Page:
Ritalin found to cause serious brain chemistry changes and an increase in risk-taking behaviors

An animal study recently published in the Journal of Neural Transmission revealed that nonprescription use of the stimulant drug Ritalin, a common treatment for attention deficit hyperactivity disorder (ADHD), was associated with increased risk-taking behaviors, sleep disruption, and other unpleasant side effects. As part of the study, a team of researchers at the University at Buffalo Research Institute on Addictions examined how the Ritalin affected the brain chemistry in rats that were given regular doses of the drug. The animal models received the doses during a period that would be equivalent to adolescence in humans, where crucial brain growth and development take place.

“We saw changes in the brain chemistry in ways that are known to have an impact on the reward pathway, locomotor activity, and other behaviors, as well as effects on body weight. These changes in brain chemistry were associated with serious concerns such as risk-taking behaviors, disruptions in the sleep/wake cycle and problematic weight loss, as well as resulting in increased activity and anti-anxiety and antidepressive effects…Understanding more about the effects of methylphenidate is also important as people with ADHD show greater risk to be diagnosed with a drug dependency problem. In addition, this study highlights the potential long-range risks college students take in using Ritalin for a quick study boost,” senior researcher Panayotis (Peter) Thanos said in ScienceDaily.com.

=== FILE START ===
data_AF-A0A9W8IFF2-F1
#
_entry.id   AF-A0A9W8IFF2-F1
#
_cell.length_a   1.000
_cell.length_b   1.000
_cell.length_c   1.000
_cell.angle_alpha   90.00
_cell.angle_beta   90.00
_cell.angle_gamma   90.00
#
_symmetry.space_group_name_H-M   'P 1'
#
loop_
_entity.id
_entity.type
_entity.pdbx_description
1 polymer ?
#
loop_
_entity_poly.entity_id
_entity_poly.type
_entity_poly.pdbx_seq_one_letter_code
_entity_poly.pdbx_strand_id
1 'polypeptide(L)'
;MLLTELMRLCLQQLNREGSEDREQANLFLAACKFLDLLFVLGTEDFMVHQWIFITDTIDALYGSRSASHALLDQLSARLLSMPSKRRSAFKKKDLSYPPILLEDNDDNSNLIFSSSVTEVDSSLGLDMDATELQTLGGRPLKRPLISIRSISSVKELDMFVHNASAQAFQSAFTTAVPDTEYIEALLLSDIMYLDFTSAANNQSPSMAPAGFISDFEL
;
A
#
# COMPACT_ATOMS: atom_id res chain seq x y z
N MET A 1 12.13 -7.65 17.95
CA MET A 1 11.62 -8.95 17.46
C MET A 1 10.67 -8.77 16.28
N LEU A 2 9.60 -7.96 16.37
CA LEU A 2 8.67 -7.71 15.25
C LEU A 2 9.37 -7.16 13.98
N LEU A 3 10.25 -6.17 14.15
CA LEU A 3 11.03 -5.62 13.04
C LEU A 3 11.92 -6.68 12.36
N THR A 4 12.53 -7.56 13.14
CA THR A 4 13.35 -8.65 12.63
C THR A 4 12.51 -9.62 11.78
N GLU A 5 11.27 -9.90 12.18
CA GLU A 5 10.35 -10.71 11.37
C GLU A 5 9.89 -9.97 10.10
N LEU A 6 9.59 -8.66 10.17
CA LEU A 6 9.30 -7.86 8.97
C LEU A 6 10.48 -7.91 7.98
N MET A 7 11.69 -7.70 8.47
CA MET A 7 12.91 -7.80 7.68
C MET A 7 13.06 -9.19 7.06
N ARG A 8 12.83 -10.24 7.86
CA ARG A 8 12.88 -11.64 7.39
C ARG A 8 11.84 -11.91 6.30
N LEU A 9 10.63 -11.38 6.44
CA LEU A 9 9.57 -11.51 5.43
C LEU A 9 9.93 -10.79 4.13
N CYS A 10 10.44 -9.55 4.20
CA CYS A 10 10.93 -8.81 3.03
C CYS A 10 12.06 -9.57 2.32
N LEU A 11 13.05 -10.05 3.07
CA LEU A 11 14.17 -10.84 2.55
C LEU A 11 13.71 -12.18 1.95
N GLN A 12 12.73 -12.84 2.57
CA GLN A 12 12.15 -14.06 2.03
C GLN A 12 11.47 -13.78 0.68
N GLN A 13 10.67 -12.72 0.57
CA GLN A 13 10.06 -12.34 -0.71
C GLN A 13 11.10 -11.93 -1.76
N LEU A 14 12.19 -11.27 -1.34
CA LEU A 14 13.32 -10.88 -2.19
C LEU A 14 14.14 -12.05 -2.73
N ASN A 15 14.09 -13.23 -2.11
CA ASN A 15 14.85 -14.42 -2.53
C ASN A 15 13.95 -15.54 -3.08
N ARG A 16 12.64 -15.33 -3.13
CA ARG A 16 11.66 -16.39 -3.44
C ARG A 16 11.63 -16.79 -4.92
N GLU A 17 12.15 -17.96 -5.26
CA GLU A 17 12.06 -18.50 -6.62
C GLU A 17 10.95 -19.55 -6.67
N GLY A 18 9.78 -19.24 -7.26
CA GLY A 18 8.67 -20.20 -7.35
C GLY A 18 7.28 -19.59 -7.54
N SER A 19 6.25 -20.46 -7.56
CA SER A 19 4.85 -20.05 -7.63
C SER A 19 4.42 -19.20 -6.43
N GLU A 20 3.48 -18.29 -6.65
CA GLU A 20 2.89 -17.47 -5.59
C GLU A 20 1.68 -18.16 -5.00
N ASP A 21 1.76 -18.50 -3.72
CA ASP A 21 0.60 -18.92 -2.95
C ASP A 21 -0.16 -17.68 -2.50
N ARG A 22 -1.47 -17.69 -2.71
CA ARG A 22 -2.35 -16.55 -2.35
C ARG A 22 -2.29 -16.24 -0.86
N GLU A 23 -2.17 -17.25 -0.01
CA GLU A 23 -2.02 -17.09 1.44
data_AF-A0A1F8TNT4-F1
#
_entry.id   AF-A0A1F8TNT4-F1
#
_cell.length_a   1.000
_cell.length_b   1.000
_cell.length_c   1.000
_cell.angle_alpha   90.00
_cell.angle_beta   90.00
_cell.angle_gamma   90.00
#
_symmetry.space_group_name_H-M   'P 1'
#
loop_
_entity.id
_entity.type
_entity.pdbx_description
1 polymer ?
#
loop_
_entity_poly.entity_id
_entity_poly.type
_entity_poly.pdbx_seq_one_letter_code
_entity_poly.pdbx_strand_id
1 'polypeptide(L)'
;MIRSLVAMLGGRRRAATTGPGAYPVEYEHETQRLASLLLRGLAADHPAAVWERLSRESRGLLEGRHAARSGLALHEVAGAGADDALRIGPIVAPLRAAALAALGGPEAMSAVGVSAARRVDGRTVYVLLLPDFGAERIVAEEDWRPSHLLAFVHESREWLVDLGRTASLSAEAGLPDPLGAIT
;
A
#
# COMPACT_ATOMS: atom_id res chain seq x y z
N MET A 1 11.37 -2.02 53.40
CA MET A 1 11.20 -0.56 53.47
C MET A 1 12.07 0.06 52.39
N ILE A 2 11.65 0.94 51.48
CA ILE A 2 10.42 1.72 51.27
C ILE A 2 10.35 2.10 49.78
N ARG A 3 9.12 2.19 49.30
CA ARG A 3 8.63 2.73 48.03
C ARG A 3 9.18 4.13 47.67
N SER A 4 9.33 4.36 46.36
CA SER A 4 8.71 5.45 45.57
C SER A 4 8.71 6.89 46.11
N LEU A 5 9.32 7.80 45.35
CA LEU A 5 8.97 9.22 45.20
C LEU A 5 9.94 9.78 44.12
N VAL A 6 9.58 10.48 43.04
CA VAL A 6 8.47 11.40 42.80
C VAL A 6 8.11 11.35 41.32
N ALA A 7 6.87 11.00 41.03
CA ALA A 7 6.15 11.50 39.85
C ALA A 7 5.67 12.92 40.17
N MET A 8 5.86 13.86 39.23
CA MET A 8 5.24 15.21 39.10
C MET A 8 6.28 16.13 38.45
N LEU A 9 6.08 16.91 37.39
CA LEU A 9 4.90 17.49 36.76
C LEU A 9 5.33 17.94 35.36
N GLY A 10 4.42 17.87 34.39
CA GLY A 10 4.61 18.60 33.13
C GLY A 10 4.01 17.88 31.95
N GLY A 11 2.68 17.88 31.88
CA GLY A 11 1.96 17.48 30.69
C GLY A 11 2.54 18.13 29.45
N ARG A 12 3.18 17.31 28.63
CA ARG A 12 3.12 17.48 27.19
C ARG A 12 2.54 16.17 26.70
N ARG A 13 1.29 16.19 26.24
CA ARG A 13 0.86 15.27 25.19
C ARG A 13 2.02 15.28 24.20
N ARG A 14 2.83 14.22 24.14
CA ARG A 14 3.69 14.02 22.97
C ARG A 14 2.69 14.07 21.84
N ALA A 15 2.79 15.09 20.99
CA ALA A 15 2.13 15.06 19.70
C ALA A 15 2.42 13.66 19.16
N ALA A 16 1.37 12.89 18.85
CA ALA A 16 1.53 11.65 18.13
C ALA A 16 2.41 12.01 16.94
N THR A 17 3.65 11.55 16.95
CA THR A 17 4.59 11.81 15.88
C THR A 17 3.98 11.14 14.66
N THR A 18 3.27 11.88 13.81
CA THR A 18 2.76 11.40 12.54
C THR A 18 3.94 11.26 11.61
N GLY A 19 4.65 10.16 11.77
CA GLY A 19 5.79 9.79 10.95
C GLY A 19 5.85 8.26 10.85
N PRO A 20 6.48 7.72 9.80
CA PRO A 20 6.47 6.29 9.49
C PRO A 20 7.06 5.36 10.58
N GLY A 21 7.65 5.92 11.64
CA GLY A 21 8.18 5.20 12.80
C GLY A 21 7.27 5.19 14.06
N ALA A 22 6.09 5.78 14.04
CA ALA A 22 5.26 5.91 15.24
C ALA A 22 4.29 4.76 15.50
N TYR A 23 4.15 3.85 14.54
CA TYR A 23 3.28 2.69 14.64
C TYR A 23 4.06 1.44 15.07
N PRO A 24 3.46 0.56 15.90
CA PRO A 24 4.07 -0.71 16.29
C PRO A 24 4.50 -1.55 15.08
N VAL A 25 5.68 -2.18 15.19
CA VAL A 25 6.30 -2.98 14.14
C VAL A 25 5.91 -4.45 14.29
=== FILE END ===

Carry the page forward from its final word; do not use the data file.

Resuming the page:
According to the study, female rats were more susceptible to these behavioral effects compared with male rats. Thanos hopes that determining Ritalin’s effect on people without ADHD may provide better insight on how it interacts with the brain and behavior, which in turn may help researchers gauge the drug’s impact in young people.

Ritalin spurs risky behaviors in otherwise healthy users

The recent study was not the first time Ritalin was associated with risky behaviors. In fact, a 2012 study published in Neuroscience showed that the drug spurred impulsive behaviors in women. To carry out the study, a team of researchers enrolled 40 adult healthy women. The participants were split into two groups: one receiving Ritalin and the other taking placebo. The participants were then instructed to play a gambling game that was designed to make them lose. Each participant was given 30 chances to accept defeat or go for a “double-or-nothing” gamble.

The researchers found that women who took a placebo readily accepted their loss when the stakes of the game went higher. In contrast, those who took Ritalin continued to exhibit risky behavior regardless of the stakes. These results suggested that the drug may indeed prompt risky decision making in otherwise healthy individuals, researchers said.

In 2015, Health Canada has issued safety warnings against ADHD medications such as Ritalin. According to the agency, the warning was due in part to reports of suicide-related events — such as thoughts of suicide, suicide attempts and even complete suicide — in patients taking ADHD drugs. The experts noted that patients taking such medications were already at an increased risk of suicidal thoughts and behaviors.

Despite previous reports about Ritalin’s potentially harmful effects, a study published in Clinical Child and Family Psychology Review revealed that 17 percent of college students misuse the medication. The research team said the students either use the drug without a prescription, or take the drug in higher doses. According to the experts, the primary reason for drug misuse was to boost academic performance.

The students were also found to use the drug for recreational purposes. The researchers cautioned that while the drug was used less frequently for this purpose, taking the drug along with alcohol would be detrimental to the health.

Sources include: 

ScienceDaily.com

Issues.Berkeley.edu

HealthyCanadians.gc.ca

MedicalNewsToday.com